Michael Karnish of the Washington Post reports that Vermont Democratic Senator Patrick J. Leahy, a minority member of the Senate Judiciary Committee, said on Friday—the day after the final day of the confirmation hearing—that Judge Kavanaugh likely knew about stolen Democratic emails from a shared server by GOP staffers. However Kavanaugh, denied recalling anything about it, and denied knowing what Leahy was referring to. However, In 2004 and 2006, when Kavanaugh sat for nomination hearings to his appointment to the federal bench, Leahy questioned Kavanaugh about his knowledge of the emails. Kavanaugh only disclosed some knowledge of their content and insisted he knew about the ordeal when it was released to the public Miranda viewed the emails on the server. However, newly disclosed emails may show Kavanaugh knew more than he originally alluded.

ISCOTUS Fellows Matthew Webber and Michael Halpin, Chicago-Kent Class of 2019 and 2020 respectively, contributed to this post, which was overseen by ISCOTUS co-director and Chicago-Kent faculty member Carolyn Shapiro.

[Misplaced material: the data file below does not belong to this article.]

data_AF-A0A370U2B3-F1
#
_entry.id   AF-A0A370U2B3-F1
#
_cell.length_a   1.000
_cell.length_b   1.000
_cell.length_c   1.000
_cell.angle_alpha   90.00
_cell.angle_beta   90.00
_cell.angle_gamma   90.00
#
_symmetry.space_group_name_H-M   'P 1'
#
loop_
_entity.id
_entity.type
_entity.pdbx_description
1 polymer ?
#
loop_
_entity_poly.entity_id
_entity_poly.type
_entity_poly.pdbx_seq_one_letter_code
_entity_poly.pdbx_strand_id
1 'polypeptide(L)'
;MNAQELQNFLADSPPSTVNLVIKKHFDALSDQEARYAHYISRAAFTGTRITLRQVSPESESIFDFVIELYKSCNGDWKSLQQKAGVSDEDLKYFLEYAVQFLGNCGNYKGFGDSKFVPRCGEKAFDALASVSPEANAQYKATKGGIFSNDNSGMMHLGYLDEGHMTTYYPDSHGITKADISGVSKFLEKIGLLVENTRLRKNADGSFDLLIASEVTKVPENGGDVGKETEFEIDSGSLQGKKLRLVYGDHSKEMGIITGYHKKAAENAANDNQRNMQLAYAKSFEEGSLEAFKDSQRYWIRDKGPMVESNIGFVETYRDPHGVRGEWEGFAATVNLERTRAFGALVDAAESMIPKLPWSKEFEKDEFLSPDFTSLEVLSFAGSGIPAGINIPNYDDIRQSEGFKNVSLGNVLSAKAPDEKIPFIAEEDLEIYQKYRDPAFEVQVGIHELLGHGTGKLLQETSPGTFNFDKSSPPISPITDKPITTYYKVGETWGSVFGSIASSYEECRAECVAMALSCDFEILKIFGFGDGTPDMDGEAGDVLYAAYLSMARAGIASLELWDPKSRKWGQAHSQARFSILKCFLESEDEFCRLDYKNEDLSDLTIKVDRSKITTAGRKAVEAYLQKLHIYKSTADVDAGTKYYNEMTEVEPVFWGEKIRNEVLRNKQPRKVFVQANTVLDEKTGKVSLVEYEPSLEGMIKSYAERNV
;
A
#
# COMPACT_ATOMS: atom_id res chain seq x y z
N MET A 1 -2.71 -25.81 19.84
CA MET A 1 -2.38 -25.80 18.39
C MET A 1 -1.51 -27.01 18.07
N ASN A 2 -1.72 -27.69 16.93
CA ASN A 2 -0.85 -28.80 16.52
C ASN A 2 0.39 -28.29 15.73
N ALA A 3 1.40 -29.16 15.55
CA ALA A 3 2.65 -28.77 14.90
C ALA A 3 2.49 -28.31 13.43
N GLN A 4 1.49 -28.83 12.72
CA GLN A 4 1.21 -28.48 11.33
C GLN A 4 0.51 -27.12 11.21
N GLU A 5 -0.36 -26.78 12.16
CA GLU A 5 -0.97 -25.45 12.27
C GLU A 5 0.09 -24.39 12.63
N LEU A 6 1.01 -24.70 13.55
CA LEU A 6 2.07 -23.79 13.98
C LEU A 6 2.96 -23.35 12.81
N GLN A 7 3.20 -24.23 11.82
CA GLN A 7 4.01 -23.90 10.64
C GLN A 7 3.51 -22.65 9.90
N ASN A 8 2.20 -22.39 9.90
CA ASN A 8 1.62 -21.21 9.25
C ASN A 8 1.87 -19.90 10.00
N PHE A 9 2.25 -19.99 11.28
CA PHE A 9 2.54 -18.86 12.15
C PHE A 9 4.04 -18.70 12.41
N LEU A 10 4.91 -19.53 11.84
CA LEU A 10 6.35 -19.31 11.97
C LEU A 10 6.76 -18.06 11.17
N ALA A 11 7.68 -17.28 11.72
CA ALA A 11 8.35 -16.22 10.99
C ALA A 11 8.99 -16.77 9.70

The Kavanaugh Documents Controversy

During the first day of the hearing for Judge Brett Kavanaugh’s nomination for the Supreme Court starts on Tuesday, September 4, 2018. On the first day, the senators on the Senate Judiciary Committee will make opening statements, but there won’t be questions for the nominee. But these opening statements are likely to be unusually contentious. Democrats are angry with the White House and the Republicans over the release — or lack of release — of documents from Judge Kavanaugh’s career in government. This post summarizes some of that controversy.